Weights vs. Cardio: Which should I be doing if my aim is to ‘recompose’?
The most common question I get when talking about exercises for recomposition is whether weights or cardio will be better for the client’s goals. The answer to this is going to depend very much on each client’s needs and goals, but there are a couple of universals. Some weight training as part of any general recomposition plan is a non-negotiable part of the plan. Cardio is a bit more particular, and I would only recommend it in certain circumstances. Lets take a look at the two forms of training, what they do and how they should be used.
What do we mean by body recomposition?
Recomposition is a process of changing your body’s composition – what it is made of. 80kg at 25% body fat for a man, is a very different picture to the same 80kg at 12%. Generally speaking, composition goals tend to be about getting more muscle and less fat into the same or similar weight footprint.
A comprehensive fitness program should consist of a combination of different types of training to maximize results, and build an overall level of ability in each area. This usually incorporates a combination of strength and conditioning, metabolic training, stretching, and functional training. This is to build an overall fitness program and optimize the body for all aspects of life. Of these though, functional training and stretching are more enablers in a recomposition programme, while the strength and conditioning and the metabolic training do all the heavy lifting (pun intended) with the actual recomposition.
When to use weights in recomposition
Weight training is often not the first thing most people think of when they think of exercising for a fat loss programme. Think of the countless images in ads and movies of people running or skipping or rowing. Weight training is more commonly associated with a goal to build strength and muscle mass. However, when considering the value of weights vs cardio for a recomposition programme, lifting weights has an essential function: to preserve the muscle mass we already have.
We will talk diet in more detail below, but in general terms, a recomposition diet will involve a calorie deficit of some form. That means eating fewer calories than your body is expending. In this context, we must limit out expectations of how much new muscle the body is going to be able to build. With the exception of people completely new to weight training, most people will not be able to gain a lot of mass while in a deficit.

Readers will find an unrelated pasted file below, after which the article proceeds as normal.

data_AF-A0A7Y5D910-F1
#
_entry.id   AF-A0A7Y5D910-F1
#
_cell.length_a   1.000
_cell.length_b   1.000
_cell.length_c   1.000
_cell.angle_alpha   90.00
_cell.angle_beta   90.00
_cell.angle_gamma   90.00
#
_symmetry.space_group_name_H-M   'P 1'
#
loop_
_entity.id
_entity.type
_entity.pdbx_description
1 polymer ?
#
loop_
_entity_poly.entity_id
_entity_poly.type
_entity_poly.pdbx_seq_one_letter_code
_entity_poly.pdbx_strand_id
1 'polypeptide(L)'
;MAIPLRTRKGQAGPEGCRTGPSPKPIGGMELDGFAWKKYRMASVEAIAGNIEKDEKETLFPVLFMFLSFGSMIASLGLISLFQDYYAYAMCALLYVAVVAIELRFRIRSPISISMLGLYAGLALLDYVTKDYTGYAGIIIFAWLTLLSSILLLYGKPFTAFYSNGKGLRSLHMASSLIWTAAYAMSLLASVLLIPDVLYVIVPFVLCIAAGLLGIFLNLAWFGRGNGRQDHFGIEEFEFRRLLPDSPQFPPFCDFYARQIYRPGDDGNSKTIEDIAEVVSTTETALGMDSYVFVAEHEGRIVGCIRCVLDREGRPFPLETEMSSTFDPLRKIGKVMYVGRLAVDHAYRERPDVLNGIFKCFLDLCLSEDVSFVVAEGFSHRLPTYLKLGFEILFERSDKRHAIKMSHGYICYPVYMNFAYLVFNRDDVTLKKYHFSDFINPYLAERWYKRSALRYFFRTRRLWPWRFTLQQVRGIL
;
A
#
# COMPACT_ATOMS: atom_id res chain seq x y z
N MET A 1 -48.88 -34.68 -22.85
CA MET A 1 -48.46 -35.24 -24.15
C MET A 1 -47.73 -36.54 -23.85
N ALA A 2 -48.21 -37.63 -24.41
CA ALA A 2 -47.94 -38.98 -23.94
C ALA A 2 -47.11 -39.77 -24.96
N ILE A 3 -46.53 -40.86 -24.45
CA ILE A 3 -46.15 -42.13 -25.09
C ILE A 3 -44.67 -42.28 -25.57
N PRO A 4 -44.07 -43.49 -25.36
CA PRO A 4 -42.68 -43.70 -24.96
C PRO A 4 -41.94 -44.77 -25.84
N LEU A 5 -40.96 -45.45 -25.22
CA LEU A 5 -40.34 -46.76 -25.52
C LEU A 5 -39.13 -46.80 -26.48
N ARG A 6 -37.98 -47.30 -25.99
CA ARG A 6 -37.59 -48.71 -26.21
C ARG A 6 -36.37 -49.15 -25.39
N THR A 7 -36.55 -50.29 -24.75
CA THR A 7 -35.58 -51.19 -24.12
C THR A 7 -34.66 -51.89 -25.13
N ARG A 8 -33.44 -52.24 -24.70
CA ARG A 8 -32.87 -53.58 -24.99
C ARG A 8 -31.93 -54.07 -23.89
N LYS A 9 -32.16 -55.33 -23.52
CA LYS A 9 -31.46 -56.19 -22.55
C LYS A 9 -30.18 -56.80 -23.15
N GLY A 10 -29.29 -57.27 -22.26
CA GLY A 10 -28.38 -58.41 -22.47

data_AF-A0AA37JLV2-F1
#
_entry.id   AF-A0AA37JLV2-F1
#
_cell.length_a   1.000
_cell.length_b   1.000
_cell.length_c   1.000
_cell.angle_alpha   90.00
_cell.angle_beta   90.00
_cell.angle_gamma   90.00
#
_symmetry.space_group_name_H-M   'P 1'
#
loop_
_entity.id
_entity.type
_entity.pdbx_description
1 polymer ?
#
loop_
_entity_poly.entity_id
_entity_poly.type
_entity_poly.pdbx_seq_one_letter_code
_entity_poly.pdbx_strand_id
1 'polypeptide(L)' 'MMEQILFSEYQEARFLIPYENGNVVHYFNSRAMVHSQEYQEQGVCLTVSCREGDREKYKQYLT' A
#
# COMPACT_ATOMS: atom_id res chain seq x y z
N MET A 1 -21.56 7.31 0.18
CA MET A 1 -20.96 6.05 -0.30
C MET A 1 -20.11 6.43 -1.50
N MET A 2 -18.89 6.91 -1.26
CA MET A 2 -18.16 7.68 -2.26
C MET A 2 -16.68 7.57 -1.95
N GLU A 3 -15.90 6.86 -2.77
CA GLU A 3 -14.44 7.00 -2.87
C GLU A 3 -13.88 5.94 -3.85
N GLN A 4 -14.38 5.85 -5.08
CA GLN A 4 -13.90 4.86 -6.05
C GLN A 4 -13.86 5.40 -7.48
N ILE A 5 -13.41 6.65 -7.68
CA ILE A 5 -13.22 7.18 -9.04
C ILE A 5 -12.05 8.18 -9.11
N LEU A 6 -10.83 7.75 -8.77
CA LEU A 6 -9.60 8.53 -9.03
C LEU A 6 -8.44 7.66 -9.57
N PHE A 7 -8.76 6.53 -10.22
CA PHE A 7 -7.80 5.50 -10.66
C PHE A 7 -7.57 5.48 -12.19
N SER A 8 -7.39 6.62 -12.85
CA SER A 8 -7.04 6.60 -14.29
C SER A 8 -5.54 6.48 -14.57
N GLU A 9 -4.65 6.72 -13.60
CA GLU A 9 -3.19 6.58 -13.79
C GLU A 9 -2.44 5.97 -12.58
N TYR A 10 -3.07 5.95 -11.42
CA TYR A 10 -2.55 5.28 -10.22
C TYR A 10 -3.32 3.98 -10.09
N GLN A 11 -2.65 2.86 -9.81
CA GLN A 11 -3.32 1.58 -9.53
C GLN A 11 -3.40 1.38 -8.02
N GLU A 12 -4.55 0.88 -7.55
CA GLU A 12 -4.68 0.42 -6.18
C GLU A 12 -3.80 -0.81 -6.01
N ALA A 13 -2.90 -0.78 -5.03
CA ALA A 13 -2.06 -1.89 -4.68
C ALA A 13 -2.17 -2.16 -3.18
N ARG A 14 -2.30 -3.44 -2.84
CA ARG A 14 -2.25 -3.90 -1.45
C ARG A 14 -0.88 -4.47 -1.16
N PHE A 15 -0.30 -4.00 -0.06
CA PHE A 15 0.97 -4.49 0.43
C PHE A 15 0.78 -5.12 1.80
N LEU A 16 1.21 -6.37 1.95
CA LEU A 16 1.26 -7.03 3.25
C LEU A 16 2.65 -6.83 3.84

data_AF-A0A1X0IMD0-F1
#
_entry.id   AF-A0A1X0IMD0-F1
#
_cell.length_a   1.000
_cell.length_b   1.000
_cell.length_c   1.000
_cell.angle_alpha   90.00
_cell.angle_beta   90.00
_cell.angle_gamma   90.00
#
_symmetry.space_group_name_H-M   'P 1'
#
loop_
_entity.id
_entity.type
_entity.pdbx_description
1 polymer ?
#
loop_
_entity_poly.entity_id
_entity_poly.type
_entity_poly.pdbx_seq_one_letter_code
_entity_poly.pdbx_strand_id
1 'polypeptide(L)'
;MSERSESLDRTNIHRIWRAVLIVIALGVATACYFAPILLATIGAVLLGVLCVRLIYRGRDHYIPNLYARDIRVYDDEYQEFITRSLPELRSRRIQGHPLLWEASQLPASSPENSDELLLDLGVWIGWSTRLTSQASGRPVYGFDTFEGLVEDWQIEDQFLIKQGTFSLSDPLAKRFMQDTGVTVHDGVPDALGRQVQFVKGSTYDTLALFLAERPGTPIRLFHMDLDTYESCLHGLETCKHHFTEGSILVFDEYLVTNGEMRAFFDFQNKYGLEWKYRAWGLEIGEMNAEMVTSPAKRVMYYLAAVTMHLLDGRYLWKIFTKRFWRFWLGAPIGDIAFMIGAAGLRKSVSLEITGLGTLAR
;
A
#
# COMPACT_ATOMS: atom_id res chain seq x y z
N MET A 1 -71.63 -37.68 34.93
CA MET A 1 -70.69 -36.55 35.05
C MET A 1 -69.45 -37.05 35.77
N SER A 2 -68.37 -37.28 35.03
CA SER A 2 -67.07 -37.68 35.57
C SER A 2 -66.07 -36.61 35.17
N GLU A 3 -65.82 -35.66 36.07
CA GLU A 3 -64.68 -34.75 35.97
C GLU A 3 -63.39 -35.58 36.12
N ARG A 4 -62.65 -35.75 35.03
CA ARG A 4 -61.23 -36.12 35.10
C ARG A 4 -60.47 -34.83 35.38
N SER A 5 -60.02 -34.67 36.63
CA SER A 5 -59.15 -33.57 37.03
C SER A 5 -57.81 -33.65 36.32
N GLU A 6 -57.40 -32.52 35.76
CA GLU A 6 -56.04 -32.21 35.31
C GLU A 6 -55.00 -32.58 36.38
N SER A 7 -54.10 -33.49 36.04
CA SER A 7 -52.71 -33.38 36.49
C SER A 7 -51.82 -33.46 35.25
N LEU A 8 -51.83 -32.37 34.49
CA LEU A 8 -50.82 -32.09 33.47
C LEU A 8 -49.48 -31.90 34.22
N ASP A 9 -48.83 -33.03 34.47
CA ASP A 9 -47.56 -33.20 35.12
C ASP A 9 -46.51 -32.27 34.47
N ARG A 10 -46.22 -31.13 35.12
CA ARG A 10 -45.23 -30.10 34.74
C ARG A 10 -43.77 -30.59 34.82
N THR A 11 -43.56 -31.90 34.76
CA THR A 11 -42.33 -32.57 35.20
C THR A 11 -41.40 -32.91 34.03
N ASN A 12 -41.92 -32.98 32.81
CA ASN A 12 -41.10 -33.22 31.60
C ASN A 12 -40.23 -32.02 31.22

So why do it? Well, muscle is incredibly expensive for the body to maintain. In other words it takes a relatively large number of calories to maintain your muscle mass when compared to maintaining fat or bone. The outcome of this, is that when your body is in a caloric deficit, the body will need to make cuts, and as a metabolically expensive tissue, the body will, if left to its own devices cut muscle first. It will do this unless there is some reason not to. The body is smart, in that it will not cut tissues which are actively being used. If you are sending signals to the body (by lifting weights) telling the body that you are using the muscles, the body will preserve those muscles which are being used. If you don’t send those signals, then the body will reduce tissue size in all tissues, but it will start with those tissues which will spare it the most calories, and that’s your muscles.
But I didn’t want all that muscle anyway!
Actually, you really do. Unless you are a professional sportsperson in some very specific sports, more muscle is almost always a good thing. We will all undergo some muscle loss eventually in our lives. The process accelerates in our 40s and 50s, and so I always advise clients to pack on as much muscle as they can before these ages, and then just work to preserve it after this time. With a good level of muscle mass, preserved through regular weight training, we can have full, productive, and quality lives into our 70s and beyond. Planned for well, we may never reach a time when we can’t get out of a chair by ourselves. But coming back to recomposition, more muscle mass, means a higher metabolic rate, which means we can eat more, while still losing weight. If you lose a lot of muscle, it will affect your metabolic rate, and you will have to eat an ever decreasing number of calories to maintain losing weight (to a point).